Tuesday, January 22, 2008

photo adjustment

For the longest time I was frustrated with images that came out discolored. Especially the white ones. That crispy snow scene or drawing on white paper always ended up gray. This is the one click solution for those who can't or don't want to become involved in more complicated photo manipulation gymnastics.

First, to understand what causes the problem. The camera can only make two adjustments--how long the shutter is open and how wide the aperture opens. Of all the metering and measuring of color and brightness of a particular scene, in the end the camera can only accept one setting for shutter speed and one setting for aperture. It ends up being a game of assumptions and averages. The typical decent photo is assumed to have so much light and dark, which averages a certain amount of gray. To properly replicate this "classic" gray there is one setting for shutter and aperture. The computer in the camera is programmed to calculate the proper setting from its sensor readings of a scene. The game goes awry when a scene is not typical in color or light. In the case of much white, the camera only knows to strive for an average gray, which pushes the white scene into grayness. Light sources cause the same problem. Camera sensors read natural light as cool and light bulb light as warm, but the problem is that the camera doesn't know when it is encountering which kind of light. This is the reason there is daylight and tungsten (light bulb) type films, and digital cameras have settings for inside and outside shooting.

Try to use the camera's adjustments first and use photo editing software for clean up. Most photo programs have an auto adjustment feature, and this feature can solve the majority of problems with one or two clicks. In photoshop I think there is an auto levels, auto color, and auto contrast. In paintshop pro it is called one-step photo fix under the adjustment drop down menu. The above images are a before/after example of one click editing. Image on the top is rather warm because of incandescent lighting. The lower image has been edited and is a closer match to the wood's natural color and canvas backdrop. Now try these simple adjustments on your snow scenes, drawings on white, and objects sitting in front of light colored backdrops.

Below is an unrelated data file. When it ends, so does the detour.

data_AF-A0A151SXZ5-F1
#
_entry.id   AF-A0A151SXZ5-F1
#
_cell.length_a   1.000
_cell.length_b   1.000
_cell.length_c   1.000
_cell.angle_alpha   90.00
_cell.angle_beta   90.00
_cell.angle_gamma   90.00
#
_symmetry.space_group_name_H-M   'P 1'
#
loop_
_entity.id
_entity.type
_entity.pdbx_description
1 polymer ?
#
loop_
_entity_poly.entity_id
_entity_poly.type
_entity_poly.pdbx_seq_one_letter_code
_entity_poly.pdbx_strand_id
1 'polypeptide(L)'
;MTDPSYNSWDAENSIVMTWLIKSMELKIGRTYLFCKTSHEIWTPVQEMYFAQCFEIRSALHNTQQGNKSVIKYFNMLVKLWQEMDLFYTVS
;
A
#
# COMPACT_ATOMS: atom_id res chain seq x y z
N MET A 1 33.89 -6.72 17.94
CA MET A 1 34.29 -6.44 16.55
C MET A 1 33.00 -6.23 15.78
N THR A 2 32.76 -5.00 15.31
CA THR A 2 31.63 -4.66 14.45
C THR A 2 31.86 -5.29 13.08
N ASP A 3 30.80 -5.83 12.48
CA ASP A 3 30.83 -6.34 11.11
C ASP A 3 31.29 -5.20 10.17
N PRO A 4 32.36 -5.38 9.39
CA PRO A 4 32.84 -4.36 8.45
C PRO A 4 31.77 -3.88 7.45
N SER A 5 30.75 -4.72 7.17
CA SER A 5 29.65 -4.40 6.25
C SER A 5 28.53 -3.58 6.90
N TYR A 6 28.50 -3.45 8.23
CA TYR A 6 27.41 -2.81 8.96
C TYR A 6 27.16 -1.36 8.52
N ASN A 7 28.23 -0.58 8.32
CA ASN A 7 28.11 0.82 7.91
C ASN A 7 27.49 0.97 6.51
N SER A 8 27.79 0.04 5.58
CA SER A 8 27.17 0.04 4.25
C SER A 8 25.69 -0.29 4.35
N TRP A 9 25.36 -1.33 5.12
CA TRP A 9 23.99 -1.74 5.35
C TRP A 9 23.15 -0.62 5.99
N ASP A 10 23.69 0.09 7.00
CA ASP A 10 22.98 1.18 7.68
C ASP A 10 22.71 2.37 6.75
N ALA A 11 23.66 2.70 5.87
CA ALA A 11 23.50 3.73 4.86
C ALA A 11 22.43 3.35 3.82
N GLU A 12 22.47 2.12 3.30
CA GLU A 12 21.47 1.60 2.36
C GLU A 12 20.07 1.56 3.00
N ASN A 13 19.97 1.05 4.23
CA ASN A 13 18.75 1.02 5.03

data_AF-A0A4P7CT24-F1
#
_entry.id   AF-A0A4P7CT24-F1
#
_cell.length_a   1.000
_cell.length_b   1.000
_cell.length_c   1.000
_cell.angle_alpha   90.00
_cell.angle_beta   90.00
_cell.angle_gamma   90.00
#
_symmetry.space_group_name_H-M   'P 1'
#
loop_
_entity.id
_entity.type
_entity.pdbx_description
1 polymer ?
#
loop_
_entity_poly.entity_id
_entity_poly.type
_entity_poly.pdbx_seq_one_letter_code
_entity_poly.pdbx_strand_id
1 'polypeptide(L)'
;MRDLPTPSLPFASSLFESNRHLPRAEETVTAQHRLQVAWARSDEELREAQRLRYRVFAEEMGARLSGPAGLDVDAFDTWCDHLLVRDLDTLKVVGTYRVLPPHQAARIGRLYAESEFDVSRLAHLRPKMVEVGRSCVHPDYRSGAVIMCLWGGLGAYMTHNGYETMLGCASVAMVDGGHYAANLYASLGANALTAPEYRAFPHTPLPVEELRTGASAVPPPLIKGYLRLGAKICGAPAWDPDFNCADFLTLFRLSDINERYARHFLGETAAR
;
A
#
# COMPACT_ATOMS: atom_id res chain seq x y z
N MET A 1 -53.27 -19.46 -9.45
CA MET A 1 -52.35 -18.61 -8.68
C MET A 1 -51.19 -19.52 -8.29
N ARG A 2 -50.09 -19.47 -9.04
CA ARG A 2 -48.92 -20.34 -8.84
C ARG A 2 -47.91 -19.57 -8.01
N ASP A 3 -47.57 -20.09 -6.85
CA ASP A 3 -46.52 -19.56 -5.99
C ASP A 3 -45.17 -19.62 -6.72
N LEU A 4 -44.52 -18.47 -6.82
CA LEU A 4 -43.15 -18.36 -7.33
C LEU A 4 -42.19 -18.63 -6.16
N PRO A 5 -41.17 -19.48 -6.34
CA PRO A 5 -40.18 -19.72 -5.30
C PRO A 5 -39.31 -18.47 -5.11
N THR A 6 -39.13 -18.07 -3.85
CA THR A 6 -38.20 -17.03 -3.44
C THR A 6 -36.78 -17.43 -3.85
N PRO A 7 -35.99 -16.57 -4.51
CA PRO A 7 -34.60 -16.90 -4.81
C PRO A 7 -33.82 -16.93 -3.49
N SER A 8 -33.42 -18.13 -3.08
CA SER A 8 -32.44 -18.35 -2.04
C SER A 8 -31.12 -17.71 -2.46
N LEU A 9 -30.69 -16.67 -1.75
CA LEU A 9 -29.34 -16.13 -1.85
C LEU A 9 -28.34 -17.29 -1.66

In a real hurry? Try using the camera's built in flash and see if you can live with the front-on lighting. Colors are usually accurate, because the camera is calibrated to the flash, so it knows what to expect.


  1. good information, eb. thanks. i want to investigate the special "daylight light bulbs" too...maybe those would help with indoor photography.

  2. I've tried verilux, halogen, daylight and photo flood lights. Still need to make an adjustment for the light that comes off the filament.

  3. If you do want to indulge in some photoshop gymnastics, one simple trick you can use is the "Color Balance" sliders under the Image ->Adjustments menu - if the picture is too warm and yellow, slide the slider towards cyan on the Cyan-Red one and towards Blue on the Yellow-Blue one. This quickly fixes most incandescent light problems I've had, if your "auto levels" isn't doing a very good job.


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